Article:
Norwegian shipbroking group Fearnleys has closed the deal to acquire London-based Ocean Shipbrokers, which will expand its activities in tankers, sale and purchase and LPG.

The ink on the contract is barely dry — TradeWinds understands the deal was signed by parties on Wednesday.

Fearnleys believes the transaction will double the size of its tanker team, client reach and market coverage.

Marius Hermansen, CEO of the Astrup Fearnley group, said the deal puts his firm in the right position for a comeback in tanker markets.

“This has been a long time coming, and the timing could not be better into the early stages of an expected multi-year tanker market up-cycle,” he said.

“This combination will build a greatly improved offering to clients, and a platform to attract further talent.”

The global tanker desk will continue to be headed by Kris Lossius Ellefsen.

Dan Gundy, director of Ocean Shipbrokers, said: “Since opening in 2006, Ocean Shipbrokers has proved to be a dominant broker in various markets and maintaining good relationships within the owner, oil and trading communities.

“This joining of companies will bring a new and dynamic approach to the clients which we both service and the ability to build further within the Fearnleys group.”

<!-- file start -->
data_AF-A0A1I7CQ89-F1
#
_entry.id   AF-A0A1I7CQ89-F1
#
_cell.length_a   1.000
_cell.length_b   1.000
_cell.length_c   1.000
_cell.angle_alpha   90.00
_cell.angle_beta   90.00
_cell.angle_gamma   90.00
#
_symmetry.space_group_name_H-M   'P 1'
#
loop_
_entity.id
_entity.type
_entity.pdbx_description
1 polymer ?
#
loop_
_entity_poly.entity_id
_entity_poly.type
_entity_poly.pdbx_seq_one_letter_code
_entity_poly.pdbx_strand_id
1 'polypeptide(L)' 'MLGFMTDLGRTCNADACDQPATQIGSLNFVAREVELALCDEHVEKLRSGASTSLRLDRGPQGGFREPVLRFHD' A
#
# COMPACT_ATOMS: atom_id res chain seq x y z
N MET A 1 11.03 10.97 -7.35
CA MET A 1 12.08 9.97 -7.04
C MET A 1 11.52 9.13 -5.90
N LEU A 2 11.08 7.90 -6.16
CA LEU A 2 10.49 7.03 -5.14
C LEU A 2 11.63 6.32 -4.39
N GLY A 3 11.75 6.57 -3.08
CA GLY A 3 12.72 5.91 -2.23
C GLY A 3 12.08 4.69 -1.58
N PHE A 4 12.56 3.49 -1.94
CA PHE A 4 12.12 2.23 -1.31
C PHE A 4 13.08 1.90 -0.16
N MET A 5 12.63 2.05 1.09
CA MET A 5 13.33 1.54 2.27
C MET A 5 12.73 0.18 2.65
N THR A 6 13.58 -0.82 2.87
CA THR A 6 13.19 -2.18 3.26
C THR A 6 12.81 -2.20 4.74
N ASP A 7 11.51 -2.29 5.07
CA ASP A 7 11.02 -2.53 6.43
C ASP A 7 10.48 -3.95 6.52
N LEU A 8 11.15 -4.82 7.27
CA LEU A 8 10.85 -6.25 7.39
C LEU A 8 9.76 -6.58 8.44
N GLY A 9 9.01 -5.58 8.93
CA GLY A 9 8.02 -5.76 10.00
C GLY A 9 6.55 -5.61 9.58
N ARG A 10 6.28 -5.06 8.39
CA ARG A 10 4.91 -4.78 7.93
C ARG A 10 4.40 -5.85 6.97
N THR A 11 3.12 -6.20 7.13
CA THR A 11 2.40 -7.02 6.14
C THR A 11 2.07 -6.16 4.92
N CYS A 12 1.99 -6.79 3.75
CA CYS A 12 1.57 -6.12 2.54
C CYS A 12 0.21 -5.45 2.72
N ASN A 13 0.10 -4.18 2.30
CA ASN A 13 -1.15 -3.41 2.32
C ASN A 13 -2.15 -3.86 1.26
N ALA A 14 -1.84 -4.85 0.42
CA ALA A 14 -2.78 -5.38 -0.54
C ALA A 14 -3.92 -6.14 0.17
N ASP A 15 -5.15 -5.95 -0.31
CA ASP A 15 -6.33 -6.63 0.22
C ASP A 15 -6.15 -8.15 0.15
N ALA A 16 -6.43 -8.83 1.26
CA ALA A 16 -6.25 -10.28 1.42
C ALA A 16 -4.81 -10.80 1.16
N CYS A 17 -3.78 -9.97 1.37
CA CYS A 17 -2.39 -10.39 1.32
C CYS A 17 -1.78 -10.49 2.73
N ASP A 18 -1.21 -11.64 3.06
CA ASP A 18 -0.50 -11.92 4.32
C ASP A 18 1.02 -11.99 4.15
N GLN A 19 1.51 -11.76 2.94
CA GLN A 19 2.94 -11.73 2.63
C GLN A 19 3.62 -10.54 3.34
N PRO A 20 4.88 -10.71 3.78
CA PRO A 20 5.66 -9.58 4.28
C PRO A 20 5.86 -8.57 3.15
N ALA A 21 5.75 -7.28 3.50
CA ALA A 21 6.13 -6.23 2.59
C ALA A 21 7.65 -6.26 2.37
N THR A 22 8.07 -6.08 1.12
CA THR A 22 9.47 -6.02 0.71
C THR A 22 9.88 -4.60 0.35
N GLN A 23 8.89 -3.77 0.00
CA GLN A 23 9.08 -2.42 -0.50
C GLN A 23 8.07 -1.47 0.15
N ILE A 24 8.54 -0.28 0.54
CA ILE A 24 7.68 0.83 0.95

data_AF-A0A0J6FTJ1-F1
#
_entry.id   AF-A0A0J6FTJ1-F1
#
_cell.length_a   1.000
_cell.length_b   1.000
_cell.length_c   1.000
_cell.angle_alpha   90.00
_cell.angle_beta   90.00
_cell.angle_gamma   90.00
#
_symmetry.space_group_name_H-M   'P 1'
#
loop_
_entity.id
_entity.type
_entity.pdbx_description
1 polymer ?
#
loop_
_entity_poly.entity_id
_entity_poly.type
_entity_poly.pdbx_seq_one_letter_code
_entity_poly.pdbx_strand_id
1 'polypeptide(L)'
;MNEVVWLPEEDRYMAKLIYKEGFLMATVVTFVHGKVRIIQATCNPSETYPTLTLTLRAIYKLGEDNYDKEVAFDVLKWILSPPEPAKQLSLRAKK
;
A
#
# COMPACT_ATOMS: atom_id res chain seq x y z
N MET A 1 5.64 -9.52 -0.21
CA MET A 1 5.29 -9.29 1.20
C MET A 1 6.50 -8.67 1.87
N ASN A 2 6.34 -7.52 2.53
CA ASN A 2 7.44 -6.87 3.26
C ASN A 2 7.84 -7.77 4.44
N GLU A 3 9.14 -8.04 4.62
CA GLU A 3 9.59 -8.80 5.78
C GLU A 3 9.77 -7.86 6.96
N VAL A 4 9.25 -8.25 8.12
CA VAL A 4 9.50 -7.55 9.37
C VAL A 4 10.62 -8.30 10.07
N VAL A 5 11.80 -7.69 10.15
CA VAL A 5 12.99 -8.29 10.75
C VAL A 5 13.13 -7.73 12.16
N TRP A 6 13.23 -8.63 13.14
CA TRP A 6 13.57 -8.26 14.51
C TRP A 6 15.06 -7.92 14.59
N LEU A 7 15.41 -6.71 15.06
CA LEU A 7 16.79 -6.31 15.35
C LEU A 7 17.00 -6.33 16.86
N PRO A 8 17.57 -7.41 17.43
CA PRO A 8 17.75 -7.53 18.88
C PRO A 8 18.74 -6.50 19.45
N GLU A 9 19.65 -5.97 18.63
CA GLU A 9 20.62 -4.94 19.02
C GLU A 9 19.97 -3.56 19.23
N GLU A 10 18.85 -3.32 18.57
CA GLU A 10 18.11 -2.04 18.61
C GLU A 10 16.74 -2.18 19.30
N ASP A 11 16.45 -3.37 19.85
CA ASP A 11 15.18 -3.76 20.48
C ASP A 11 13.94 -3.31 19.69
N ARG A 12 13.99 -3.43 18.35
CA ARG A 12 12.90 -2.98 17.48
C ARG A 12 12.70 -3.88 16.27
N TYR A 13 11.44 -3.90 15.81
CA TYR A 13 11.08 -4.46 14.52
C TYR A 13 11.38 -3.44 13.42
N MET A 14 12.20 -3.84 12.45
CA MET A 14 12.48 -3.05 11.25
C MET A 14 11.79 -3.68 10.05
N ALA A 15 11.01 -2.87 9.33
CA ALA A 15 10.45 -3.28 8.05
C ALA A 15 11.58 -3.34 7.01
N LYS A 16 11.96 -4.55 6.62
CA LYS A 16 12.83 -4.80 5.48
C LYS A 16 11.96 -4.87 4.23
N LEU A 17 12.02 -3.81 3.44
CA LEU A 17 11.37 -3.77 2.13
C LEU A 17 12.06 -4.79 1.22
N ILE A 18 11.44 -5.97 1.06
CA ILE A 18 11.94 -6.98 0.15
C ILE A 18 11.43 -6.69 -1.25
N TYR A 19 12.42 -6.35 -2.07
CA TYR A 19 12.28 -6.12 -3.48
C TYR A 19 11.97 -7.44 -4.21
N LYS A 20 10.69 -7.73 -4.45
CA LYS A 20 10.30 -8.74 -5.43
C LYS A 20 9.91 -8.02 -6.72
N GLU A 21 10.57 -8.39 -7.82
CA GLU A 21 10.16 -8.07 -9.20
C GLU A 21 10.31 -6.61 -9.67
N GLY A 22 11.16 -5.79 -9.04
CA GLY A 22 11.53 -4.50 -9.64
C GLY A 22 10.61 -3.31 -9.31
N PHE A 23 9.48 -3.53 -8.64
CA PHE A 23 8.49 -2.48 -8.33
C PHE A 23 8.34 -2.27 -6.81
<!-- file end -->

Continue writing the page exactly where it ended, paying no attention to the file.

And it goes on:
The agreement is effective from Thursday and practical integration of the two businesses will begin immediately, Fearnleys said. Contact details for Ocean staff remain unchanged.

The deal has been in the works for some time. TradeWinds reported in August that a buyout of Ocean by Fearnleys had been agreed in principle.

The combination will boost Astrup Fearnley Group’s headcount to 380 staff worldwide in broking and financial services across 15 offices.

In an internal email to staff, seen by TradeWinds, Hermansen said the acquisition “represents the execution of our growth plan, and the intention to keep building Astrup Fearnley as a solid and remarkable player within our business areas, and a major shift for the group in terms of more opportunistic growth”.

“Fearnleys and Ocean tank desks complement each other almost to perfection with regards to clients and areas of strength, with very limited crossover,” he wrote.

“We believe our combination can create new opportunities for both our clients and ourselves, and at the same time increase the bandwidth for internal cross-desk business opportunities.”

Ocean, which was formed in 2006, made a name for itself in tanker broking and was at one time seen as particularly close to trading house giant Glencore.

It expanded its operations into S&P and gas, boasting more than 30 staff with offices in London, Geneva, Dubai and China.

Sources told TradeWinds in August that Astrup Fearnley is keen to invest “quite heavily” in its shipbroking activities and has its eyes on other purchases in the US.

In July, Fearnleys scooped up dry-cargo brokers from rival Braemar Shipbroking to establish a new presence in Brazil.